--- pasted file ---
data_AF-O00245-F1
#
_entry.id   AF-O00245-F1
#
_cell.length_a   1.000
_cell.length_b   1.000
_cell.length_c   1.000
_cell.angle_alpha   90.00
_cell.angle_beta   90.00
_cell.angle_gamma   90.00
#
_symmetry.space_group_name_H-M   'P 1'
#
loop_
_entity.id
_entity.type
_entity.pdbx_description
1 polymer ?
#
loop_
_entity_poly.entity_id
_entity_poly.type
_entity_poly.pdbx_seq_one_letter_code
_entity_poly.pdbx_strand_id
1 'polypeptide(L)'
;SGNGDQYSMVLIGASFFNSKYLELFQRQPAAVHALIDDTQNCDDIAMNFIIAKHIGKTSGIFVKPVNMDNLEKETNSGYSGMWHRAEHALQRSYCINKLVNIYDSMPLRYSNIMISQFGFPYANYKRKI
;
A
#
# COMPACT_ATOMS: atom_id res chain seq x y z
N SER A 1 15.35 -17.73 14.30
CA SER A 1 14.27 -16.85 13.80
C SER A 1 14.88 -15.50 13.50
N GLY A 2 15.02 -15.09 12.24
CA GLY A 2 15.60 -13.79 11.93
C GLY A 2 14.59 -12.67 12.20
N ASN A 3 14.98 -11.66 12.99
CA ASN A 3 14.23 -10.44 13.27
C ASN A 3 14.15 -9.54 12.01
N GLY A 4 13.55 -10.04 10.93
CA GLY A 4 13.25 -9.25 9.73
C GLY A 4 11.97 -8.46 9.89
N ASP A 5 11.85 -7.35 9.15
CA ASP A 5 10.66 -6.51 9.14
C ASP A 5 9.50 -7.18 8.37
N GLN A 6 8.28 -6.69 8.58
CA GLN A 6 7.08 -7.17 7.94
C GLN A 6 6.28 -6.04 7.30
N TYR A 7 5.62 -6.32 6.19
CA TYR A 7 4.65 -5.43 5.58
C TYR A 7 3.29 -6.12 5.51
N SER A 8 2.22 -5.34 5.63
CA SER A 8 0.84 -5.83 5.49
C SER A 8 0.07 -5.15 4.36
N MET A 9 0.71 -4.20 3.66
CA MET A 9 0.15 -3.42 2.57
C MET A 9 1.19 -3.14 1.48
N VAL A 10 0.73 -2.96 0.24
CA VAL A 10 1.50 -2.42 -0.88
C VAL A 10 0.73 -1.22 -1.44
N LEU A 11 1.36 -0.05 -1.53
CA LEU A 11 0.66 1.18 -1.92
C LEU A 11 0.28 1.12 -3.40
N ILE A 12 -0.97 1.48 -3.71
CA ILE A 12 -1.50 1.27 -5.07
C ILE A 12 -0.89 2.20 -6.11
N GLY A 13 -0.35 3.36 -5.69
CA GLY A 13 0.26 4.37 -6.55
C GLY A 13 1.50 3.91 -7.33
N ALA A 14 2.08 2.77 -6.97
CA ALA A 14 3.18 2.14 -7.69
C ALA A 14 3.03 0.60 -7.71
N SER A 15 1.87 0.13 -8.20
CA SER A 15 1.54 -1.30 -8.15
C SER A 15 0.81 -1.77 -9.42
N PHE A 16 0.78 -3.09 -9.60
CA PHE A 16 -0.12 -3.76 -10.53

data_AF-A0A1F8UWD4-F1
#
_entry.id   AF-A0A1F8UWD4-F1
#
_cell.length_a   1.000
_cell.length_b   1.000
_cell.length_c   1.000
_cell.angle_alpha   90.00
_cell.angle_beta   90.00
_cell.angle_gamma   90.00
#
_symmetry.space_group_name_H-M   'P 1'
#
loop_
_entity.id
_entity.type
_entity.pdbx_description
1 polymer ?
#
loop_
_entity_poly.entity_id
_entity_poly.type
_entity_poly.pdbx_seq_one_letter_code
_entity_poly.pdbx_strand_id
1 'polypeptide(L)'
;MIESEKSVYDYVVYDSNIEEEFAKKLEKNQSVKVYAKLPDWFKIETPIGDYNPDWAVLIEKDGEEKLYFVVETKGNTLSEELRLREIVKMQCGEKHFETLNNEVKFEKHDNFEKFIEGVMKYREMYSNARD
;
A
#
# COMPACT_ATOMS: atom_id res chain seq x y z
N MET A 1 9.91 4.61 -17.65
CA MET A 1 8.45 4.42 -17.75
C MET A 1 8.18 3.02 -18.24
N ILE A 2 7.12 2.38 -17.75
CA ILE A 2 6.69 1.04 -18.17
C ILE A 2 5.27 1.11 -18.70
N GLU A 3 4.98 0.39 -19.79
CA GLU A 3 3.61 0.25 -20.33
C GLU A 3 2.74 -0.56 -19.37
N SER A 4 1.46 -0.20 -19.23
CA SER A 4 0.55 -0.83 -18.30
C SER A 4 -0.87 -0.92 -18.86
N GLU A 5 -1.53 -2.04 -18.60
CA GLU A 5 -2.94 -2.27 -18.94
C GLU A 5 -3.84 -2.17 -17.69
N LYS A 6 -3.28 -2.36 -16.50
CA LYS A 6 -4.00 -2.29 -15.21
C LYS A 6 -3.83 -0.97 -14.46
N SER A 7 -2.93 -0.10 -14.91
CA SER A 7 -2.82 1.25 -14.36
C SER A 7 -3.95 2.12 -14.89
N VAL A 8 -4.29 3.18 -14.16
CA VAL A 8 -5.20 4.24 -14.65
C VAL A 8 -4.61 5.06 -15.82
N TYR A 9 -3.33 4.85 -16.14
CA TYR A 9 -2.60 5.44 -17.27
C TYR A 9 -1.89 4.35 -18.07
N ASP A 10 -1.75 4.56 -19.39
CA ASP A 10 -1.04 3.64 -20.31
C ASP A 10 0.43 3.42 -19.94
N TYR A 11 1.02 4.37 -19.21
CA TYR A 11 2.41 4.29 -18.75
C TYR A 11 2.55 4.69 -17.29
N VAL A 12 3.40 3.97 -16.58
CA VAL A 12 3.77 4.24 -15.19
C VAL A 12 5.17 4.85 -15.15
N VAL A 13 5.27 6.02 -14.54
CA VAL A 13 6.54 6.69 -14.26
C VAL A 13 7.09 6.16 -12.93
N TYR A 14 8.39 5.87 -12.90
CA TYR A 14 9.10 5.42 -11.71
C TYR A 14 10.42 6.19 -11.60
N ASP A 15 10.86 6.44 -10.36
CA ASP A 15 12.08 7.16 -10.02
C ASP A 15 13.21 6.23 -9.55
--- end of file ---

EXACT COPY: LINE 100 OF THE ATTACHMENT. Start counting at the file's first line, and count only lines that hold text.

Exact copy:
_entity_poly.pdbx_seq_one_letter_code